Album Review :
Sally Grayson - The Darkness in Me

By in Reviews | 1 Comment

Label: Initiative Musik gGmbH
Release Date: July 14th, 2023


  1. The Darkness in Me
  2. Life Heist
  3. Waiting for You
  4. Sand ft. Gabriel Sullivan
  5. Melt into your Arms
  6. Intercede ft. XIXA
  7. God Forbid
  8. Dig
  9. Bonneville
  10. The Golden Hour

While I was first introduced to Sally Grayson formally in 2020, during the covid-quarantine era, it turns out that I had already heard versions of her music many years prior. She’d fronted Black Swift (based in Germany where Grayson transplanted) for a number of years, but long before that she was in Michigan-based (her native homeland) Standbye, an emo/indie rock band by whom I owned a CD. All that to say that while Sally’s name may not be familiar to the masses, she’s been making credible musical art for well over two decades now.

Unless I’m mistaken, The Darkness in Me is her first solo full-length (she’d offered a digital-only EP in 2021). Instead of the post-punk she was previously known for this time we have a dark Americana/alt country kind of feel. To get an authentic feel for it, she turned to producer Gabriel Sullivan, and a recording process deep in the American Southwest—Tucson, Arizona. Sullivan also lends guitar chops and occasional vocals.

The title track leads the album, and immediately the listener knows they’re in for a ride. Grayson’s strong vocals are met with stellar guitar work, fraught with a very low twang a lo T-Bone Burnett/Mike Roe/Duane Eddy. “Life Heist” continues the twang, but introduces a darker, harder rocking vibe similar Nick Cave’s aesthetic.

“Waiting for You” takes a turn slightly lighter. It’s a pop song with a dark edge. The musicality seems like it was lifted straight from a Twin Peaks outtake or an unknown Julee Cruise album. Never mind the fact that Grayson sounds nothing like Cruise (Sally’s vocals are much stronger and overpowering than Julee’s airy croon), but the track is culling from similar waters.

“Sand,” the most country song so far, features producer Gabriel Sullivan on vocals, who sounds quite a lot like Mark Lanegan or Tom Waits with his hushed-yet-gravelly cords. There’s also some dreamy/shoegazey guitar pop underlying the twangy folk stuff, and there is some incredible guitar work on the solo. Despite the description I just wrote, the song (to my own surprise) still sounds nothing like Mazzy Star or other artists in the genre. The songwriting team here have crafted something truly unique in a genre full of imitators.

“Melt Into Your Arms” continues the dreamy-meets-country soundscape motif, creating something that very much resembles film score music. In fact, most of the album gives off that road trip movie vibe. You know the type: a good-hearted person with a checkered past journeys across the American desert in search of/to escape from . . . fill in the rest. “Intercede” now ups the ante, and the tempo, to a romp. Again, we have Sullivan contributing his rasp to Grayson’s sultry female croon.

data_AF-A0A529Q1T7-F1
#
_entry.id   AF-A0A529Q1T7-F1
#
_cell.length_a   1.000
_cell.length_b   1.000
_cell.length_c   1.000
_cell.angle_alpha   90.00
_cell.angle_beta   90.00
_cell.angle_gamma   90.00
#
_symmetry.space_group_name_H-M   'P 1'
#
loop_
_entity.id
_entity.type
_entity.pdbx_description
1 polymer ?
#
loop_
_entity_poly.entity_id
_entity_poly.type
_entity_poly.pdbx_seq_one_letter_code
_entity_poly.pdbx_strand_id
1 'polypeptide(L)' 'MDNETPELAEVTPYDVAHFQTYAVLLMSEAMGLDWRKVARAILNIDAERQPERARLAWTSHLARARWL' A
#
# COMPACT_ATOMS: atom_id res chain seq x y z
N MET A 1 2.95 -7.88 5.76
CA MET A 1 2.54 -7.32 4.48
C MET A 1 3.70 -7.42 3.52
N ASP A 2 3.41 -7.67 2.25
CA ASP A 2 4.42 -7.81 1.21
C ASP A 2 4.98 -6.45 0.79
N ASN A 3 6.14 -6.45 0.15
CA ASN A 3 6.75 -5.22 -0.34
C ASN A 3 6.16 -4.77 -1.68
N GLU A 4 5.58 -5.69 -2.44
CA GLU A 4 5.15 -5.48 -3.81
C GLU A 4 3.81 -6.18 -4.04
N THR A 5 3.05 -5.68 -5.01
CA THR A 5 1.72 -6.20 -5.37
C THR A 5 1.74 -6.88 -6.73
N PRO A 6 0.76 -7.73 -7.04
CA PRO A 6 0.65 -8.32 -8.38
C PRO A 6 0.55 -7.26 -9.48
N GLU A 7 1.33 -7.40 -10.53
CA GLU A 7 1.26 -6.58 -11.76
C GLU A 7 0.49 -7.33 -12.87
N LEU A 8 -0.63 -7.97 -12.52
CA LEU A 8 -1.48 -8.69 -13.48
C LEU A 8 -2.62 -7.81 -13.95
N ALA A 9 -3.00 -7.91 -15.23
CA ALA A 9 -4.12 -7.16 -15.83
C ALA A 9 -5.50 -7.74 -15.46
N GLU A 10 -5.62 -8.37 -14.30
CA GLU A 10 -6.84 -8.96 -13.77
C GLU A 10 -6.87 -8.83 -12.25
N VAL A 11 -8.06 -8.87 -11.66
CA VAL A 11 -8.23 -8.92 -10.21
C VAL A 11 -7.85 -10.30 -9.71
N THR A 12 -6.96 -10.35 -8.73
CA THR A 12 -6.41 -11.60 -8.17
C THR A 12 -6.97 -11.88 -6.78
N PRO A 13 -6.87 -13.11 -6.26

“God Forbid” sees Grayson’s voice at its peak. Her strong vocal tones are subdued ever-so-slightly to match the subtleties of the music, with some difficult melody runs and minor key embellishments bringing out the strength of her technique. “Dig,” on the other hand is the least twangy number in the set, opting instead for a driving rock and roll/blues rhythm line, but with some fuzzy tones reminiscent of some mid-90s industrial obsessions with the genre (think KMFDM and Love and Rockets). Sure, her post-punk roots are showing here, but it still fits in overall with the SW country-rock theme.

Appropriately titled “Bonneville” is another alt-country tune with ample crooning and lots of steel guitar in the mix. The playing on this album is exceptional. I don’t know how much Sally had to pay her session musicians, but it was worth every penny. “Golden Hour” is an effective closing track that provides some resolution to the dark musical journey we’ve been on so far. It opens with a 70s electronic feel a la early Kraftwerk, or one of those weird quasi-electronic tunes from Belle and Sebastian, and then creates a strange, but beautiful layered effect to close out the album.

This is a very good album. I think the closest comparison musically would be to some of Cat Power’s darker stuff, with hints of Over the Rhine in their rockingest mode (some of the Films for Radio material, for instance). Lyrically, the album is about yearning. Longing for love. It’s a theme that we’ve seen elsewhere in Grayson’s work. It doesn’t exclude romantic love, but it’s not exclusively about it either. It pokes and prods at the yearning to belong, to be known. And it’s all held together well by the dark, pining sounds of the desert from which the music came.

(See links section below for ordering info.)

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July 11, 2023 12:30 pm

Standbye was CRIMINALLY underrated. One of the best indie/emo bands in the Christian scene.

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